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Shoes made in Marikina

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This seems to be an odd topic for this blog at first but then shoes are very much related to transportation. You have to have a good pair of shoes on you for walking, jogging or running. There are even driving shoes and boat shoes (i.e., those docksides and topsiders were originally made for boating or walking along the seaside). And so I write this short article about shoes; particularly those made in Marikina.

Marikina is well-known for its shoemaking industry. It used to be a major industry that manufactured shoes that were popular throughout the country as well as being exported for sale abroad. These were mainly handmade using techniques and skills passed on from one generation to the next. It was not uncommon for families to be involved in shoemaking and the brands of many shoes carry the names (or combinations) of families involved in the business. There was even a Marikina Shoe Expo in Cubao where I recall we had bought many pairs of shoes for school and casual days. Among the brands I remember were Chancellor, Valentino and Cardams. There is also a Shoe Avenue in the city along which many shops are located. In many cases, these are also the factories themselves.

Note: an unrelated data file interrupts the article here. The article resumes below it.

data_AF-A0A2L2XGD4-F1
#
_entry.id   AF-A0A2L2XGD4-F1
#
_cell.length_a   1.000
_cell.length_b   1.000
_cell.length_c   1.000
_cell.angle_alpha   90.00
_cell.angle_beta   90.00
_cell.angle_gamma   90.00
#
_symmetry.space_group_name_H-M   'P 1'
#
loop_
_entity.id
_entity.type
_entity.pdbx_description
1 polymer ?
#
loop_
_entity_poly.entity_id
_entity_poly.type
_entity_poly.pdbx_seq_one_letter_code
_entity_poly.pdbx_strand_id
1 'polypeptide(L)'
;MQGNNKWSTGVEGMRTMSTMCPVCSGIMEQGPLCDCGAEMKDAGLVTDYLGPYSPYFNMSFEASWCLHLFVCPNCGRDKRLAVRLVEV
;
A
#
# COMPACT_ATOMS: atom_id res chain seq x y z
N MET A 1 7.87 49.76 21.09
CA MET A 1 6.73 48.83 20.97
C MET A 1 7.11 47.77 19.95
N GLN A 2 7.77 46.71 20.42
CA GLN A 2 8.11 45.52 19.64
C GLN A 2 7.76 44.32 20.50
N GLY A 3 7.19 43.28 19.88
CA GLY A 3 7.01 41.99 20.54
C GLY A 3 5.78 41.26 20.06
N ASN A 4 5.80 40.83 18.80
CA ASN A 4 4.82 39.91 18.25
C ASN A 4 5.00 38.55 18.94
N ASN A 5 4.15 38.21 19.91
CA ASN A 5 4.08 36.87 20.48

The industry suffered due to a combination of automation (i.e., mass production) and the influx of cheap shoes from China. Without government support for the industry, many, regardless of whether they were small or big, eventually seized shoemaking. Those who survived and those who were revived are the ones you still see. And then there are upstarts who have been encouraged by the support now being provided by the city government. One venue for this support is through a “Sapatos Festival” that the city organises to promote shoes and other footwear made in Marikina.

The Sapatos Festival was held right across from the Marikina City Hall.

One could find a variety of footwear using various materials including genuine leather, rubber, faux leather, etc. This photo shows men’s shoes being sold at one of the shops there.

I tried on a pair I fancied and after the typical examination of workmanship and quality, I decided to buy this pair for 900 pesos (about 9 US dollars!).

Marikina-made footwear and bags are also sold at the Riverbanks mall that used to be a textile factory complex. These are inexpensive yet very good quality products that I think we should re-discover and support. Perhaps we should also provide constructive comments or suggestions on how the makers can further improve their products in order for them to be able to compete with the mass-produced variety. There is definitely a market for well-made footwear whether you walk, take public transport or drive.


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